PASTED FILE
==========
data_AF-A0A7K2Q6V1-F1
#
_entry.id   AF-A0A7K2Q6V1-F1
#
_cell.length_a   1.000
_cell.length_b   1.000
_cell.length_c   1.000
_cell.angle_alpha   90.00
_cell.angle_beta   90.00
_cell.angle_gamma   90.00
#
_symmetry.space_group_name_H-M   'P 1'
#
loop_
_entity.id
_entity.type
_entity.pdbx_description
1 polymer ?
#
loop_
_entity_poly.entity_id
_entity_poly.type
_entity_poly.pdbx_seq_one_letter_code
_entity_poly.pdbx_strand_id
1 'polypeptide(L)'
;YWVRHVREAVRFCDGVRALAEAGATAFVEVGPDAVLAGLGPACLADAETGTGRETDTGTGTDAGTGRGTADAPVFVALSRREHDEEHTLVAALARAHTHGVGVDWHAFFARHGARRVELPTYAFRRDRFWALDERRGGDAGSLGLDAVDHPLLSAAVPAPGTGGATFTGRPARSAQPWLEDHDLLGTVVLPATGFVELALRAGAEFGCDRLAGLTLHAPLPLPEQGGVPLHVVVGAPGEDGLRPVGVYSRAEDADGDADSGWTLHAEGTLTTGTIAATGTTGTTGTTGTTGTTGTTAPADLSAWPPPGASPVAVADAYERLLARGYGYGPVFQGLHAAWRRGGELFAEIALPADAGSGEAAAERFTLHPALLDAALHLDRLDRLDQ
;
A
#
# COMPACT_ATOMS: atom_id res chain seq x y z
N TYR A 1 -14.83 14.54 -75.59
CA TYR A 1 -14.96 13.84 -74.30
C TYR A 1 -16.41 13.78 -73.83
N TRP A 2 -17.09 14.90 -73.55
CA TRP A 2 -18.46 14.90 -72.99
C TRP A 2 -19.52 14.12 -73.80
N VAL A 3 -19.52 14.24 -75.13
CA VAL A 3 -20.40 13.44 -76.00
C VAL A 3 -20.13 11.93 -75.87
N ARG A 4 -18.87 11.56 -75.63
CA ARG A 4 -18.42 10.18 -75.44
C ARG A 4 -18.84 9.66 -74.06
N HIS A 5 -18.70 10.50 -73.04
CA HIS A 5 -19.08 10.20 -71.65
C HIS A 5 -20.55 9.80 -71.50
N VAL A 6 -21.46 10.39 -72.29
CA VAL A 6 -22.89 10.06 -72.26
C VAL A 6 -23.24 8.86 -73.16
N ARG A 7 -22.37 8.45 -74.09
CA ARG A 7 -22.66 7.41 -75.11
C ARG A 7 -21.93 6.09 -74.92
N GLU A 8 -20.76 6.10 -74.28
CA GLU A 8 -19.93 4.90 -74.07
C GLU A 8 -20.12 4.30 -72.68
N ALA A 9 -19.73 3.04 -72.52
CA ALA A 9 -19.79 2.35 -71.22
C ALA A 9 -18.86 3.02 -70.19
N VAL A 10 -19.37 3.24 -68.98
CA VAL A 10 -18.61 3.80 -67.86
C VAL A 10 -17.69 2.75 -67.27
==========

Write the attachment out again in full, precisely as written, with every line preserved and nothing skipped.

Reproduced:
data_AF-A0A7K2Q6V1-F1
#
_entry.id   AF-A0A7K2Q6V1-F1
#
_cell.length_a   1.000
_cell.length_b   1.000
_cell.length_c   1.000
_cell.angle_alpha   90.00
_cell.angle_beta   90.00
_cell.angle_gamma   90.00
#
_symmetry.space_group_name_H-M   'P 1'
#
loop_
_entity.id
_entity.type
_entity.pdbx_description
1 polymer ?
#
loop_
_entity_poly.entity_id
_entity_poly.type
_entity_poly.pdbx_seq_one_letter_code
_entity_poly.pdbx_strand_id
1 'polypeptide(L)'
;YWVRHVREAVRFCDGVRALAEAGATAFVEVGPDAVLAGLGPACLADAETGTGRETDTGTGTDAGTGRGTADAPVFVALSRREHDEEHTLVAALARAHTHGVGVDWHAFFARHGARRVELPTYAFRRDRFWALDERRGGDAGSLGLDAVDHPLLSAAVPAPGTGGATFTGRPARSAQPWLEDHDLLGTVVLPATGFVELALRAGAEFGCDRLAGLTLHAPLPLPEQGGVPLHVVVGAPGEDGLRPVGVYSRAEDADGDADSGWTLHAEGTLTTGTIAATGTTGTTGTTGTTGTTGTTAPADLSAWPPPGASPVAVADAYERLLARGYGYGPVFQGLHAAWRRGGELFAEIALPADAGSGEAAAERFTLHPALLDAALHLDRLDRLDQ
;
A
#
# COMPACT_ATOMS: atom_id res chain seq x y z
N TYR A 1 -14.83 14.54 -75.59
CA TYR A 1 -14.96 13.84 -74.30
C TYR A 1 -16.41 13.78 -73.83
N TRP A 2 -17.09 14.90 -73.55
CA TRP A 2 -18.46 14.90 -72.99
C TRP A 2 -19.52 14.12 -73.80
N VAL A 3 -19.52 14.24 -75.13
CA VAL A 3 -20.40 13.44 -76.00
C VAL A 3 -20.13 11.93 -75.87
N ARG A 4 -18.87 11.56 -75.63
CA ARG A 4 -18.42 10.18 -75.44
C ARG A 4 -18.84 9.66 -74.06
N HIS A 5 -18.70 10.50 -73.04
CA HIS A 5 -19.08 10.20 -71.65
C HIS A 5 -20.55 9.80 -71.50
N VAL A 6 -21.46 10.39 -72.29
CA VAL A 6 -22.89 10.06 -72.26
C VAL A 6 -23.24 8.86 -73.16
N ARG A 7 -22.37 8.45 -74.09
CA ARG A 7 -22.66 7.41 -75.11
C ARG A 7 -21.93 6.09 -74.92
N GLU A 8 -20.76 6.10 -74.28
CA GLU A 8 -19.93 4.90 -74.07
C GLU A 8 -20.12 4.30 -72.68
N ALA A 9 -19.73 3.04 -72.52
CA ALA A 9 -19.79 2.35 -71.22
C ALA A 9 -18.86 3.02 -70.19
N VAL A 10 -19.37 3.24 -68.98
CA VAL A 10 -18.61 3.80 -67.86
C VAL A 10 -17.69 2.75 -67.27